• BUILD CHEAPLY AND EASILY—Low-fidelity prototypes can be easily built by individuals and teams with little or no technical skills. on a small or nonexistent budget and in a short time period.
  • DRAW FEEDBACK THAT FOCUSES ON HIGH-LEVEL CONCEPTS, RATHER THAN EXECUTION—gather their thoughts on high-level concepts such as user flow, layout and language
  • ITERATE MORE WILLINGLY—Because the less of effort and resources required,it is easy to change the prototype completely. Iteration is key in a truly agile design process.
  • Carry and Show Them Easily—most low-fidelity prototypes can be easily carried around and shared. This flexibility is particularly important when designing collaboratively and communicating with users to obtain feedback.

2.“high fidelity” prototypes are computer-based, and usually allow realistic (mouse-keyboard) user interactions. High-fidelity prototypes take you as close as possible to a true representation of the user interface. High-fidelity prototypes are assumed to be much more effective in collecting true human performance data (e.g., time to complete a task), and in demonstrating actual products to clients, management, and others. Also, high-fidelity prototypes redirect attention towards the aesthetics of the product and closer to final project. However, interaction designer Marc Rettig points to the imminent risk of working with high-fidelity prototypes, which is that you will likely “hear criticisms about your choice of fonts, color combinations, and button sizes.”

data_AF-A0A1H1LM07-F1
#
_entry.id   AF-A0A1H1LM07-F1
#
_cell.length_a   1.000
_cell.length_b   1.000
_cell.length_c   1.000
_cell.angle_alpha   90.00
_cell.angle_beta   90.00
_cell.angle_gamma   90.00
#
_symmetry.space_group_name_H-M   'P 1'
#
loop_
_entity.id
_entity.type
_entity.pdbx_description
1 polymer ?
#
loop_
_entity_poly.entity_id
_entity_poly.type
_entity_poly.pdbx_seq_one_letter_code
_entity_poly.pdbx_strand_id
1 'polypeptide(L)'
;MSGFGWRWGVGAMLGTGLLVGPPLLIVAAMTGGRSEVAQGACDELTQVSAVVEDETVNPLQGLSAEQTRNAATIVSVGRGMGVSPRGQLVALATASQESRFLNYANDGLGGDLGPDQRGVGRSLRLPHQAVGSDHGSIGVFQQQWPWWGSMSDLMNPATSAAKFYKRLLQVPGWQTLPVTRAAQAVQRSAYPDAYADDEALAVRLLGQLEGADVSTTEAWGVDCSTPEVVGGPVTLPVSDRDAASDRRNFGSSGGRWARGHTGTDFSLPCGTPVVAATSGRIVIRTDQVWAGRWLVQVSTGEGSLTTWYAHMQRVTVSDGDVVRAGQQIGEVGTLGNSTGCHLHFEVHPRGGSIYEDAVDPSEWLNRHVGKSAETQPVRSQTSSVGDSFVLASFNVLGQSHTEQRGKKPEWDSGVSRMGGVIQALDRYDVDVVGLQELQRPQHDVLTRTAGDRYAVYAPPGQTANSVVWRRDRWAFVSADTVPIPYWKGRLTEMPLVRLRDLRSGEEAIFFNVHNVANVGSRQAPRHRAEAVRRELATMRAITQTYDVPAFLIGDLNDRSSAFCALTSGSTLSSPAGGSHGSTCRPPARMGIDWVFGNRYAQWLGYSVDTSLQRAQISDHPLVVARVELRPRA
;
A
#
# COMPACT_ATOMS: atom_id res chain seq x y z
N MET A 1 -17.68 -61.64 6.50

According to the article, the team learned that if they found the sweet spot of ‘just-enough’ fidelity, then users can grasp the concept or variable and give useful feedback. However, there’s nothing wrong with high-fidelity prototyping, especially when you are in the later stages and thinking about issues like branding, look and feel, and all those other details. One way to keep this process going is to have multiple rough prototyping checkpoints so that design decisions are constantly getting refined – maybe the first step is a sketch on a paper, the next is a rough mockup on the computer, then a detailed mockup, then a rough built-out version, and then iterate to the final product. These steps make it so that all the design decisions are well understood, refined, and debated all the way through.